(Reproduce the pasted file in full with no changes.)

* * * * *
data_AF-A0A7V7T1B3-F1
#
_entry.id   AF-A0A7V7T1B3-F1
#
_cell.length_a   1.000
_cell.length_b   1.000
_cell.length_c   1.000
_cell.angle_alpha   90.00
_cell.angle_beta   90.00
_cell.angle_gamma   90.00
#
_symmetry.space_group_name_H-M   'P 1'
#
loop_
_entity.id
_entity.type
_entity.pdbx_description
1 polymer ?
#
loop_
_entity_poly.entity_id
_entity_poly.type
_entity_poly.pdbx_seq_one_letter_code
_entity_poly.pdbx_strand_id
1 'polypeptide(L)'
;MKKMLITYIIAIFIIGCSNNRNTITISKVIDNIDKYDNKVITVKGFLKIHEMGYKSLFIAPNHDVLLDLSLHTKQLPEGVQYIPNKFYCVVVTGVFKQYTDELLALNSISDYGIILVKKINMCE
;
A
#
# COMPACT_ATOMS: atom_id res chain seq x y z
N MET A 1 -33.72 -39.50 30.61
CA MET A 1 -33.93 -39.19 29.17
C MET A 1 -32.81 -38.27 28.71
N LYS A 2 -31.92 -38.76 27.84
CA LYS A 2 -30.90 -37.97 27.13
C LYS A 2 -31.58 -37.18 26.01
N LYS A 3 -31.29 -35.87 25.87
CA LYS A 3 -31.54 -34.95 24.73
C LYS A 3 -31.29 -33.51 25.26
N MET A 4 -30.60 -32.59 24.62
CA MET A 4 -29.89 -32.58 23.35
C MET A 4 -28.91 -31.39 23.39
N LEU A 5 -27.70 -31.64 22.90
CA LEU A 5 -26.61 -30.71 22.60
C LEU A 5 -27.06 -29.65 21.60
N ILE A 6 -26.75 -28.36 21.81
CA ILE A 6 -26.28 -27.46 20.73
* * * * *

data_AF-A0A7V7T1B3-F1
#
_entry.id   AF-A0A7V7T1B3-F1
#
_cell.length_a   1.000
_cell.length_b   1.000
_cell.length_c   1.000
_cell.angle_alpha   90.00
_cell.angle_beta   90.00
_cell.angle_gamma   90.00
#
_symmetry.space_group_name_H-M   'P 1'
#
loop_
_entity.id
_entity.type
_entity.pdbx_description
1 polymer ?
#
loop_
_entity_poly.entity_id
_entity_poly.type
_entity_poly.pdbx_seq_one_letter_code
_entity_poly.pdbx_strand_id
1 'polypeptide(L)'
;MKKMLITYIIAIFIIGCSNNRNTITISKVIDNIDKYDNKVITVKGFLKIHEMGYKSLFIAPNHDVLLDLSLHTKQLPEGVQYIPNKFYCVVVTGVFKQYTDELLALNSISDYGIILVKKINMCE
;
A
#
# COMPACT_ATOMS: atom_id res chain seq x y z
N MET A 1 -33.72 -39.50 30.61
CA MET A 1 -33.93 -39.19 29.17
C MET A 1 -32.81 -38.27 28.71
N LYS A 2 -31.92 -38.76 27.84
CA LYS A 2 -30.90 -37.97 27.13
C LYS A 2 -31.58 -37.18 26.01
N LYS A 3 -31.29 -35.87 25.87
CA LYS A 3 -31.54 -34.95 24.73
C LYS A 3 -31.29 -33.51 25.26
N MET A 4 -30.60 -32.59 24.62
CA MET A 4 -29.89 -32.58 23.35
C MET A 4 -28.91 -31.39 23.39
N LEU A 5 -27.70 -31.64 22.90
CA LEU A 5 -26.61 -30.71 22.60
C LEU A 5 -27.06 -29.65 21.60
N ILE A 6 -26.75 -28.36 21.81
CA ILE A 6 -26.28 -27.46 20.73